Over the last few years, global competition and technological advances have focused much attention on the areas of additive manufacturing, 3D printing, smart manufacturing and the like. What has often been neglected are the advancements on a different kind of manufacturing, one where the production floor is only a few nanometers in height. In this world, molecular assemblers scurry across a tiny floor to assemble structures with atomic precision – i.e., atom by atom. This is the reality that the famous physicist Richard Feynman hinted at when he talked about a way to “arrange atoms the way that we want.”
The ideas and initial advances in nanometer technology were significantly influenced by Eric Drexler, an MIT graduate best known for his studies in molecular nanotechnology. Unlike conventional chemistry, in which molecules react as a large group, Drexler proposed a method of "mechanosynthesis" in which individual molecules were specifically positioned close together so that stronger chemical attractions could occur in a controlled way. With such atomic precision, atoms could be added or removed from a structure as desired.
In his book – Engines of Creation: The Coming Era of Nanotechnology – Dr. Drexler proposed the concept of nanoscale assemblers that would build copies of themselves and other molecular sized objects with atomic control. From this, a microscopic production line could be created to build larger and more complex structures, even products that connect to today's semiconductor devices.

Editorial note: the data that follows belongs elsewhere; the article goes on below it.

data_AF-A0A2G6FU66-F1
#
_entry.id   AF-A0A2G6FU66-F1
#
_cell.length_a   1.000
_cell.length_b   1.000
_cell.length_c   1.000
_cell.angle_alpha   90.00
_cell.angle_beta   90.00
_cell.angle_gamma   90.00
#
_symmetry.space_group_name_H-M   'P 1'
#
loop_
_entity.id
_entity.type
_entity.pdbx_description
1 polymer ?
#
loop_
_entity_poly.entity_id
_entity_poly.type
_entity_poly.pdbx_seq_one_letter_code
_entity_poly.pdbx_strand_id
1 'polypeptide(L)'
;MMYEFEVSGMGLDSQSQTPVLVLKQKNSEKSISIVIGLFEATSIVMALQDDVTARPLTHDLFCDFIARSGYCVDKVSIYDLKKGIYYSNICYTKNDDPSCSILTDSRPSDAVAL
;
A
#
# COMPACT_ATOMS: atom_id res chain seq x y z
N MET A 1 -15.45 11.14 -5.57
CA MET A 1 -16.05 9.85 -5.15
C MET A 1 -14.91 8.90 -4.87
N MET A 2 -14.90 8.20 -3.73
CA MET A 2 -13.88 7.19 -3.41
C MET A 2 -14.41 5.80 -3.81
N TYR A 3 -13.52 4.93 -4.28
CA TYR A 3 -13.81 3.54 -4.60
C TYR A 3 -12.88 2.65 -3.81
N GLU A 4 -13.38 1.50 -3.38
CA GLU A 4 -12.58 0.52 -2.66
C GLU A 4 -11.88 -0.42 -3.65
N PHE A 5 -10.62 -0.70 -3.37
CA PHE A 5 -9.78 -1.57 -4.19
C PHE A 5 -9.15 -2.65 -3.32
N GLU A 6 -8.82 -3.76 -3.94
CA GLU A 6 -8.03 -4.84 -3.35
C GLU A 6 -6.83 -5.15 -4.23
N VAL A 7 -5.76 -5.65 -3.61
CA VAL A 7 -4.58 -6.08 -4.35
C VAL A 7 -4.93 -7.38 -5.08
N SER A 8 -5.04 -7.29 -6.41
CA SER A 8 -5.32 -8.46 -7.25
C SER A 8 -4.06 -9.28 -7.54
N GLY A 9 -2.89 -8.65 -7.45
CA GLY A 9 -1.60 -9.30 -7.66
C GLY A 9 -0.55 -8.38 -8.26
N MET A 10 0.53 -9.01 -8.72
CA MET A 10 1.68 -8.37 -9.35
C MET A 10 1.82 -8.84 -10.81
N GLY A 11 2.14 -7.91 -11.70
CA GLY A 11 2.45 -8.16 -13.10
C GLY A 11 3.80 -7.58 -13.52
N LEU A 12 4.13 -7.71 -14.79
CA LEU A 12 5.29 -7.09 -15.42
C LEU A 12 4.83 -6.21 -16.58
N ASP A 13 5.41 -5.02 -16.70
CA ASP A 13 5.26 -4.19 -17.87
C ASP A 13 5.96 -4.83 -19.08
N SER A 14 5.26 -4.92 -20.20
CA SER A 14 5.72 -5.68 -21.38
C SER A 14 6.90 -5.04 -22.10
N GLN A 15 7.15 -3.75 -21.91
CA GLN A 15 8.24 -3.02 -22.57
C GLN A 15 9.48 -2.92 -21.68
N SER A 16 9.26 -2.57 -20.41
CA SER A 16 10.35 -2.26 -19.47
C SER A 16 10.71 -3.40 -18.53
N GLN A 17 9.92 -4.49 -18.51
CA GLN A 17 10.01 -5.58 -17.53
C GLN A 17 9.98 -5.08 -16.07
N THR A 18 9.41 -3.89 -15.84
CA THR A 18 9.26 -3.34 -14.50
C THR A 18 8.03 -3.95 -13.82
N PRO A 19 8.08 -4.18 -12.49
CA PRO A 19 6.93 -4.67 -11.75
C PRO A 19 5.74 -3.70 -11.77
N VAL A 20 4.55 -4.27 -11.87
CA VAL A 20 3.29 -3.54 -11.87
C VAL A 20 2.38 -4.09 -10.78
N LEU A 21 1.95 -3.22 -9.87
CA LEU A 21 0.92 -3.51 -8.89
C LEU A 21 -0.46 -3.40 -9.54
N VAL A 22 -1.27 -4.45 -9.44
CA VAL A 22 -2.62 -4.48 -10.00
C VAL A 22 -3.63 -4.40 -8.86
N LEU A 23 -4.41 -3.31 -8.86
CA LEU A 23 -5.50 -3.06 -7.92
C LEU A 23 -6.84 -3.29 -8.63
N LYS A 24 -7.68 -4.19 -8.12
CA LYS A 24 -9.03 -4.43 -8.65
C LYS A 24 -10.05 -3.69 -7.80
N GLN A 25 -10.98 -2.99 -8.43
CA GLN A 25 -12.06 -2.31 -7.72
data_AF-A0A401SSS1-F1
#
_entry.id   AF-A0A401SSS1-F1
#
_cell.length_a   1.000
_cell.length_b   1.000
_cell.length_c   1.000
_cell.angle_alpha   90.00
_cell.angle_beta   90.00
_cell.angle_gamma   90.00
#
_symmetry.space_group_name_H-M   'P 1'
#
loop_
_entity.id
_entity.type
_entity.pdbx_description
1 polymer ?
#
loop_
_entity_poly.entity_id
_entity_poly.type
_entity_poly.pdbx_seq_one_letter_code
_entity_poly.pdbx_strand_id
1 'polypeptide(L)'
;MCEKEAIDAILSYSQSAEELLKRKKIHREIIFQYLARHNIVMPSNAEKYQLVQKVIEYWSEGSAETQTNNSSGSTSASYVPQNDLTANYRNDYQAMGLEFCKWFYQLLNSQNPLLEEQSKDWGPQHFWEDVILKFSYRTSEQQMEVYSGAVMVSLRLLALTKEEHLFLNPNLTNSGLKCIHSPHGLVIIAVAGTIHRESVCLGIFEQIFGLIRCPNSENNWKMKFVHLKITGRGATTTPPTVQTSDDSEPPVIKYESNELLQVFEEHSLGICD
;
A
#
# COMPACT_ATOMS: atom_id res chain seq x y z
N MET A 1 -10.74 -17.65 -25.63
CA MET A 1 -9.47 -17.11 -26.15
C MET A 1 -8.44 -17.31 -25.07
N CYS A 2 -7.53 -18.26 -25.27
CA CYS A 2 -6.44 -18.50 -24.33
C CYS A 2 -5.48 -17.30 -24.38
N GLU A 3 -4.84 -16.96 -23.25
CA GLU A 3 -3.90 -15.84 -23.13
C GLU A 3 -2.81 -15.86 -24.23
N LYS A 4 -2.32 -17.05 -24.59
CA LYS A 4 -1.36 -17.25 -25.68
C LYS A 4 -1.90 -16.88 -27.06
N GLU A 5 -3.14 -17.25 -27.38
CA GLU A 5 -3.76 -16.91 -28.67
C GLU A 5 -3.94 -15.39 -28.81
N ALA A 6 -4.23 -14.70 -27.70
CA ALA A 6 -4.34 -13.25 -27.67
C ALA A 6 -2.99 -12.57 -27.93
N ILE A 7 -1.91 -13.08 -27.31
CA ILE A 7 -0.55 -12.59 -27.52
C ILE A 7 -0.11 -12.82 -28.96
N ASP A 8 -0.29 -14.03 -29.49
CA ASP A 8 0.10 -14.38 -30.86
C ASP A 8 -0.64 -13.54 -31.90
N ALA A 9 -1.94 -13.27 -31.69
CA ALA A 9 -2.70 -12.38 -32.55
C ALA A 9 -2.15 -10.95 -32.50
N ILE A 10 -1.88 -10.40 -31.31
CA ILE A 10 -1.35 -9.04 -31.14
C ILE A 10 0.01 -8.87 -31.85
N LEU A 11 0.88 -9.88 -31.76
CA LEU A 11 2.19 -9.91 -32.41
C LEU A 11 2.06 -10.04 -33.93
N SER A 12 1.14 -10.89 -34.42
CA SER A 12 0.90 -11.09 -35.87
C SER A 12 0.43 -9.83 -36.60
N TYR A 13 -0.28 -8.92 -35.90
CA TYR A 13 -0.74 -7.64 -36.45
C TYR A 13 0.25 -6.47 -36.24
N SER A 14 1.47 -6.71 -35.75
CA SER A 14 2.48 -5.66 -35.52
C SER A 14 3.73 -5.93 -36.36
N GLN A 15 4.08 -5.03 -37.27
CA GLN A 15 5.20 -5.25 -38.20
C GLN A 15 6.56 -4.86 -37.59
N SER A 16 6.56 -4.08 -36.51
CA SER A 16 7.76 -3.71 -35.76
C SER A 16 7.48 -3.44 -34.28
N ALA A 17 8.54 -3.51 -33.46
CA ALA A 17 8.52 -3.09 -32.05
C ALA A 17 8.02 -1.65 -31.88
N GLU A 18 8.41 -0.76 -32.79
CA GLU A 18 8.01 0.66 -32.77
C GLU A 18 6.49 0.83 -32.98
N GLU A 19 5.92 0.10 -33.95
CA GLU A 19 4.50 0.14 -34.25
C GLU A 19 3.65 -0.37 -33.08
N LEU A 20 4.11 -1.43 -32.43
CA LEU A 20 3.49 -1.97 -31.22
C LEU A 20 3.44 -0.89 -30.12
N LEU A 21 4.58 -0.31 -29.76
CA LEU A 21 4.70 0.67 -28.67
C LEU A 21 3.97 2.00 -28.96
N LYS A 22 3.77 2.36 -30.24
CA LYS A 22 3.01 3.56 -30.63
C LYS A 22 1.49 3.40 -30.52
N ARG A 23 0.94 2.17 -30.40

There are many examples of such production lines in our world today. Recently, scientists have been able to show how tiny autonomous bots could function as intelligent delivery vehicles to cure cancer in mice. It is even possible to fabricate functional DNA nanostructures that include logic gates to deliver and release molecular cargo for medical applications. Other feasible molecular machines include the molecule walker and the smallest nanocar, which has wheels driven by electronic tunneling.
One new area where atomically precise manufacturing (APM) shows great promise is in quantum technologies, where energy levels and quantum tunneling transport are extremely sensitive to single atom dimensions. APM would be an order of magnitude more precise than even today's leading edge e-beam semiconductor lithography techniques.
A few year ago, I had the opportunity to talk with Dr. Eric Drexler about nanotechnology, atomically precise manufacturing and its relationship to current semiconductor lithography approaches. What follows is an edited version of the actual conversation, part of the Linus Pauling Lecture Series.
|Image Source: CEMES - CNRS|
Design News: In the world of semiconductor technology, one tends to think of nanotechnology in terms of leading-edge geometric nodes, Moore’s Law scaling, lithography and the like. How do you define nanotechnology?